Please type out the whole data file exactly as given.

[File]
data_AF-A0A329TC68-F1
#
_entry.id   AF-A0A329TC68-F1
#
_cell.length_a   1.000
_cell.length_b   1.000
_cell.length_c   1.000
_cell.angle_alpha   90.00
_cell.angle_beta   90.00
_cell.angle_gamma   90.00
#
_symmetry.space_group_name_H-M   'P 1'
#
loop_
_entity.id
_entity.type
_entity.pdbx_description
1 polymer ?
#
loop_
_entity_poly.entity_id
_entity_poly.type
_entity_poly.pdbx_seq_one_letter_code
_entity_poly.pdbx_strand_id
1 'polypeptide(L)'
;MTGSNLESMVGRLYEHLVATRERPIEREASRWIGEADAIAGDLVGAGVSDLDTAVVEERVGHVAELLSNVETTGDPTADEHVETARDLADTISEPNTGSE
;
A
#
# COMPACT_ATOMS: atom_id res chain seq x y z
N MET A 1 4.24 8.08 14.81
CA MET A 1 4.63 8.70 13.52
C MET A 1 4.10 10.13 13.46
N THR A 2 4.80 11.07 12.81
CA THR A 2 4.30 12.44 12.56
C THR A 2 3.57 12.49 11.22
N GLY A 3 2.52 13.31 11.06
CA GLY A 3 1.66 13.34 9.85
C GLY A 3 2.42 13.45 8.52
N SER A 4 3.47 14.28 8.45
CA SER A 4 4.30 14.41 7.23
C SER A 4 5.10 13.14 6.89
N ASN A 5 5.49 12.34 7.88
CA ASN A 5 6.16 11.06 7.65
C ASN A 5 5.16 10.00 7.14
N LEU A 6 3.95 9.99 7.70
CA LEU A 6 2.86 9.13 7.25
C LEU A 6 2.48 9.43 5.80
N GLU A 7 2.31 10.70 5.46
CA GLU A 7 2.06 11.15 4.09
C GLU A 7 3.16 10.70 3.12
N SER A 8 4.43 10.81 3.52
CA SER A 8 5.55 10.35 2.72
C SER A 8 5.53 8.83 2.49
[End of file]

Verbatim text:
data_AF-A0A329TC68-F1
#
_entry.id   AF-A0A329TC68-F1
#
_cell.length_a   1.000
_cell.length_b   1.000
_cell.length_c   1.000
_cell.angle_alpha   90.00
_cell.angle_beta   90.00
_cell.angle_gamma   90.00
#
_symmetry.space_group_name_H-M   'P 1'
#
loop_
_entity.id
_entity.type
_entity.pdbx_description
1 polymer ?
#
loop_
_entity_poly.entity_id
_entity_poly.type
_entity_poly.pdbx_seq_one_letter_code
_entity_poly.pdbx_strand_id
1 'polypeptide(L)'
;MTGSNLESMVGRLYEHLVATRERPIEREASRWIGEADAIAGDLVGAGVSDLDTAVVEERVGHVAELLSNVETTGDPTADEHVETARDLADTISEPNTGSE
;
A
#
# COMPACT_ATOMS: atom_id res chain seq x y z
N MET A 1 4.24 8.08 14.81
CA MET A 1 4.63 8.70 13.52
C MET A 1 4.10 10.13 13.46
N THR A 2 4.80 11.07 12.81
CA THR A 2 4.30 12.44 12.56
C THR A 2 3.57 12.49 11.22
N GLY A 3 2.52 13.31 11.06
CA GLY A 3 1.66 13.34 9.85
C GLY A 3 2.42 13.45 8.52
N SER A 4 3.47 14.28 8.45
CA SER A 4 4.30 14.41 7.23
C SER A 4 5.10 13.14 6.89
N ASN A 5 5.49 12.34 7.88
CA ASN A 5 6.16 11.06 7.65
C ASN A 5 5.16 10.00 7.14
N LEU A 6 3.95 9.99 7.70
CA LEU A 6 2.86 9.13 7.25
C LEU A 6 2.48 9.43 5.80
N GLU A 7 2.31 10.70 5.46
CA GLU A 7 2.06 11.15 4.09
C GLU A 7 3.16 10.70 3.12
N SER A 8 4.43 10.81 3.52
CA SER A 8 5.55 10.35 2.72
C SER A 8 5.53 8.83 2.49